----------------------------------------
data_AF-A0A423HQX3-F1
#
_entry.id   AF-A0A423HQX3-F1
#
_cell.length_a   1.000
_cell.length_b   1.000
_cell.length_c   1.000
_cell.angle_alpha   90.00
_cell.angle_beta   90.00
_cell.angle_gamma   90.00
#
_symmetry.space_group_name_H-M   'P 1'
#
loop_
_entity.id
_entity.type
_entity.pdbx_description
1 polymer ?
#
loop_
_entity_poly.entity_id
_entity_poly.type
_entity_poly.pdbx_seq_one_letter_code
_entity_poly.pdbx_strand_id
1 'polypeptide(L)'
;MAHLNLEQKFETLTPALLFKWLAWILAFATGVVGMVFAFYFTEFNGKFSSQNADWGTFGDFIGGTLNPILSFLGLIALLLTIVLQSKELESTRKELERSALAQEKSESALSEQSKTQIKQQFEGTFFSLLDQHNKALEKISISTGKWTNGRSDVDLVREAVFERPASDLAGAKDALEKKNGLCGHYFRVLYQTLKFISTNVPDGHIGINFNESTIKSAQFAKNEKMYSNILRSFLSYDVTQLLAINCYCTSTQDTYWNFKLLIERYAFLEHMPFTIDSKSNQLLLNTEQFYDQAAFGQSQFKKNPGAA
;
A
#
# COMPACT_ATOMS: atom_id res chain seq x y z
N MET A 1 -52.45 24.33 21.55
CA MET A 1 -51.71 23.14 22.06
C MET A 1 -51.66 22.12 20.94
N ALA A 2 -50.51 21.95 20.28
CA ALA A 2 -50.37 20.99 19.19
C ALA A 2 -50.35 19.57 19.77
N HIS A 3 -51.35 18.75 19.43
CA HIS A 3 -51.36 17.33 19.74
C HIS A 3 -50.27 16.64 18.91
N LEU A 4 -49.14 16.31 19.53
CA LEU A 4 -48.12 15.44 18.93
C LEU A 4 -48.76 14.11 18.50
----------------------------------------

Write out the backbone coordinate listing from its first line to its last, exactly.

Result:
data_AF-A0A423HQX3-F1
#
_entry.id   AF-A0A423HQX3-F1
#
_cell.length_a   1.000
_cell.length_b   1.000
_cell.length_c   1.000
_cell.angle_alpha   90.00
_cell.angle_beta   90.00
_cell.angle_gamma   90.00
#
_symmetry.space_group_name_H-M   'P 1'
#
loop_
_entity.id
_entity.type
_entity.pdbx_description
1 polymer ?
#
loop_
_entity_poly.entity_id
_entity_poly.type
_entity_poly.pdbx_seq_one_letter_code
_entity_poly.pdbx_strand_id
1 'polypeptide(L)'
;MAHLNLEQKFETLTPALLFKWLAWILAFATGVVGMVFAFYFTEFNGKFSSQNADWGTFGDFIGGTLNPILSFLGLIALLLTIVLQSKELESTRKELERSALAQEKSESALSEQSKTQIKQQFEGTFFSLLDQHNKALEKISISTGKWTNGRSDVDLVREAVFERPASDLAGAKDALEKKNGLCGHYFRVLYQTLKFISTNVPDGHIGINFNESTIKSAQFAKNEKMYSNILRSFLSYDVTQLLAINCYCTSTQDTYWNFKLLIERYAFLEHMPFTIDSKSNQLLLNTEQFYDQAAFGQSQFKKNPGAA
;
A
#
# COMPACT_ATOMS: atom_id res chain seq x y z
N MET A 1 -52.45 24.33 21.55
CA MET A 1 -51.71 23.14 22.06
C MET A 1 -51.66 22.12 20.94
N ALA A 2 -50.51 21.95 20.28
CA ALA A 2 -50.37 20.99 19.19
C ALA A 2 -50.35 19.57 19.77
N HIS A 3 -51.35 18.75 19.43
CA HIS A 3 -51.36 17.33 19.74
C HIS A 3 -50.27 16.64 18.91
N LEU A 4 -49.14 16.31 19.53
CA LEU A 4 -48.12 15.44 18.93
C LEU A 4 -48.76 14.11 18.50